Saturday, April 30, 2016

Default drama in banking

I was on Bloomberg TV yesterday to discuss issue related to loan defaults and how to address this issue.

Friday, April 29, 2016

Vijay Mallya's offer

Excuse me if I sound naive or I am missing important details but it seems to me that, on the face of it, businessman Vijay Mallya's offer to banks is a pretty decent one and banks should get into serious talks with him. They can hope to write back losses and boost profits in the quarter ahead if they do so.

FT reports today that Mr Mallya is willing to repay 440 million pounds out of a principal amount of 512 million pounds. The Indian papers had reported an offer of close to Rs 7000 crore. The banks need to clearly indicate what figure is acceptable to them and what terms they would like. Simply rejecting an offer does not take us anywhere.

Bankers know very well that going down the legal route- getting Mr Mallya extradited and, perhaps, arrested on return- will not take them very far. Indeed, the danger is that a legal battle will stretch out for years and the banks get back very little. The government needs to make up its mind: does it want to get Mr Mallya or does it want the banks' money back?

I had a chance to talk to some bankers. They all agreed that they go for Mr Mallya's offer. However, they told me they would not lift their little finger until the government told them in writing that that they could go ahead. As one of them put it," Who wants the CBI after him five years from now?".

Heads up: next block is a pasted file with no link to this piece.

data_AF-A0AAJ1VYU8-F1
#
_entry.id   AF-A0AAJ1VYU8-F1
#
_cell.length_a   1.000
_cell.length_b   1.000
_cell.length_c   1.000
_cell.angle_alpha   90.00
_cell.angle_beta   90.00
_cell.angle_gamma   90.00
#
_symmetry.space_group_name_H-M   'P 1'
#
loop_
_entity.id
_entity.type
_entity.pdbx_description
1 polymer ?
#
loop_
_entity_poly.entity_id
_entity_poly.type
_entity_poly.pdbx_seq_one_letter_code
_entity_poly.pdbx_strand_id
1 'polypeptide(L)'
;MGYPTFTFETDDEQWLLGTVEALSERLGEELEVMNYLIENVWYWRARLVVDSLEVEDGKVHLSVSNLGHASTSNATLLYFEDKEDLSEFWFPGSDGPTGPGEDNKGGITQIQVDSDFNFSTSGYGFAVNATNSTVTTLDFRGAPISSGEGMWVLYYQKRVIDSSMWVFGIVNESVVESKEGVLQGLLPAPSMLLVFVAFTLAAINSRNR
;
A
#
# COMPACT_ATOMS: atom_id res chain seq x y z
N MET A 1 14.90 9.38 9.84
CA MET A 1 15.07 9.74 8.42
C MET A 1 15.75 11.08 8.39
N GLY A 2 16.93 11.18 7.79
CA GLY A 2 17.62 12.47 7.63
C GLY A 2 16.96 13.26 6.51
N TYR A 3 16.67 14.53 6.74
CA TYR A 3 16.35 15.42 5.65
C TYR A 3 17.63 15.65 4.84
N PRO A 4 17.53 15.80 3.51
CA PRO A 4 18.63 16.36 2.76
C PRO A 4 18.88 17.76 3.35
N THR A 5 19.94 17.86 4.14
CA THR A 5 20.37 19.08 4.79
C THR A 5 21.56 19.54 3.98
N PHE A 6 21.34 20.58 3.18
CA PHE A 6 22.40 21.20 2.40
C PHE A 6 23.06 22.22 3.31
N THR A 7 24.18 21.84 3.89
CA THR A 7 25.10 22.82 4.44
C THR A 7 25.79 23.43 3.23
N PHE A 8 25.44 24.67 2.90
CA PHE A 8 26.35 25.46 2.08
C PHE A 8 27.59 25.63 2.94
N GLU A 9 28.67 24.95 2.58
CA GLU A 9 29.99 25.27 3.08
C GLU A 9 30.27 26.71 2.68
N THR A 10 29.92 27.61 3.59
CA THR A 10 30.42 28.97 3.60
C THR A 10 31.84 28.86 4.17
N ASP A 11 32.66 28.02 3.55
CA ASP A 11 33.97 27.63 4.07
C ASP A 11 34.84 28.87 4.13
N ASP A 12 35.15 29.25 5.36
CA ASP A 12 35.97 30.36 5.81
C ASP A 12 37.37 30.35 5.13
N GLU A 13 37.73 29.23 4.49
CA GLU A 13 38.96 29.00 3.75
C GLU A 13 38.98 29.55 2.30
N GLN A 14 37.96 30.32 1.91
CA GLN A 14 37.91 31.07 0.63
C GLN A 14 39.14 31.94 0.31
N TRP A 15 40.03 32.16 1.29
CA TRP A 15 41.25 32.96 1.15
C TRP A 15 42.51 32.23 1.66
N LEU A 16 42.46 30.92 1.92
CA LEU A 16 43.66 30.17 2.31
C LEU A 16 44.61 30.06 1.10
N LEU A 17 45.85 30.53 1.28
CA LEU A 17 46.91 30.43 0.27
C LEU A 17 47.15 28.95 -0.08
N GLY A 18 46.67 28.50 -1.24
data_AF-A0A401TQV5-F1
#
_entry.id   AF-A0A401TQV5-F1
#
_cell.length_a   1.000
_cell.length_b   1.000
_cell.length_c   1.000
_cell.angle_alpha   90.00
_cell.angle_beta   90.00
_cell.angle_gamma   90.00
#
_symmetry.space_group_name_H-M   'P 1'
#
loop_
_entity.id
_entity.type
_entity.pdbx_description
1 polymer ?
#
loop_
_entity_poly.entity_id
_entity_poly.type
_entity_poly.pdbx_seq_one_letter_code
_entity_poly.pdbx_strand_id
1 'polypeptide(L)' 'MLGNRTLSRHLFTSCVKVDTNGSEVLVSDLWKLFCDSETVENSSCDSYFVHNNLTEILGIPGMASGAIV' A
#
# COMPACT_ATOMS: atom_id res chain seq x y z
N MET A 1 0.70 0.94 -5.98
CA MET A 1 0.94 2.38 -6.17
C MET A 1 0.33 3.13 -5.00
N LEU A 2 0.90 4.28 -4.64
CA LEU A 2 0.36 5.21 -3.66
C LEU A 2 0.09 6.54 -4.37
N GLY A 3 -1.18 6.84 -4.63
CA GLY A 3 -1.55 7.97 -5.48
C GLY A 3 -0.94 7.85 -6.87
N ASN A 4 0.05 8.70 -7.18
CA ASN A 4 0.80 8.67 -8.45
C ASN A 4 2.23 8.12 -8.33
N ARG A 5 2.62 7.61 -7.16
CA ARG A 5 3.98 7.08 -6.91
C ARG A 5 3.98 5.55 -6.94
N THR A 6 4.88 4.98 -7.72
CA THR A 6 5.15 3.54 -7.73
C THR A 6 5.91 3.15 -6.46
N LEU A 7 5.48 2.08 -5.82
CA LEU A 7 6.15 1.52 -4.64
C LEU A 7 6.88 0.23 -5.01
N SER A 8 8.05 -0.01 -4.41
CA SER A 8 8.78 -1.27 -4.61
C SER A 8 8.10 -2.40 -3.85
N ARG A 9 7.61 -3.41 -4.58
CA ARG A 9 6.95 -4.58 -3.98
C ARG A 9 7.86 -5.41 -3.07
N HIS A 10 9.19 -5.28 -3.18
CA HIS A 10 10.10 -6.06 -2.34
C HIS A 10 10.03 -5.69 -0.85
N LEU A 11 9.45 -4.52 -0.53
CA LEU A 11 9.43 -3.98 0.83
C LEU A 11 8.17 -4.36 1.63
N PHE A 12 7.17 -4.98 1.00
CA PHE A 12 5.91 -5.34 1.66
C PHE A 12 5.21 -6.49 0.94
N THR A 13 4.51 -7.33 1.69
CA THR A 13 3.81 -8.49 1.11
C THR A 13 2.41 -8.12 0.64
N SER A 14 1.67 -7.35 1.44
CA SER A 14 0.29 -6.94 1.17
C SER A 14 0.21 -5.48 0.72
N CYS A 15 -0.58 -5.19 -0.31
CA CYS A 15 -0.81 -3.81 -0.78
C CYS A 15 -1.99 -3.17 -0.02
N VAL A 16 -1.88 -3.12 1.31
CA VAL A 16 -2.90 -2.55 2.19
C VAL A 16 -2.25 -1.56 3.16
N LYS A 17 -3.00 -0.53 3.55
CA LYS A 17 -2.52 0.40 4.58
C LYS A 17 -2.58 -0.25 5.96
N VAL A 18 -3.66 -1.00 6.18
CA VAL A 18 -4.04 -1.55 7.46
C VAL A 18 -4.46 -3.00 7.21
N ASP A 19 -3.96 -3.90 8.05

It's a pretty sad state of affairs. We are faced with banking paralysis today, a variant of the policy paralysis that undermined the UPA government. Stalled projects can't go through to completion because banks are unwilling to take a hair-cut and plough in fresh funds. They can't effect recoveries again because they can't take the necessary hair-cuts. Because they can't effect recoveries, their capital position is worsening and they are unable to make new loans. Fear psychosis has gripped bankers in the public sector- so much so that bankers are now focused on retail lending and would like to stay out of corporate loans and especially project finance.

Banking paralysis is, perhaps, the biggest factor impending our economy recovery along with falling exports. The government needs to get its act together. The steps required are: an independent Settlement Advisory Board to vet loan settlements; recovery followed by fresh lending; and infusion of greater capital into banks. Without this combination of measures, prospects of accelerating growth are pretty dim.

Here is a quote from Mr Mallya's interview with FT:
Chain-smoking cigarillos and sipping English tea, the pony-tailed multimillionaire confirms he has offered, in a submission to India’s Supreme Court, to repay £440m on outstanding principal of £512m borrowed from state banks. 

But the banks declined because — in his words — they are fearful of taking any haircut on their loans in the face of the public frenzy whipped up against him in India.
“It is important to understand the environment in India today. The electronic media is playing a huge role not just in moulding public opinion but in inflaming the government to a very large extent.”

.....Mr Mallya blames the political climate for the failure to reach a deal with the banks, a climate that saw him described this week as a “fugitive from justice” by the country’s attorney-general.
“As professional bankers, they would like to settle and move on but, because of my image as portrayed, they are reluctant to be seen as giving me any discount,” he says. “It will attract huge media criticism and inquiries by vigilance agencies in India.”

Tuesday, April 19, 2016

World economy: welcome to the 'new mediocre'

World economic growth in 2016 will be poorer than thought earlier. Ditto in 2017- so says the IMF.

In terms of market values, world output will grow at 2.4 % in 2016-  growth of around 3% is considered modest. Is this a short-term thing or does it presage a long-term trend?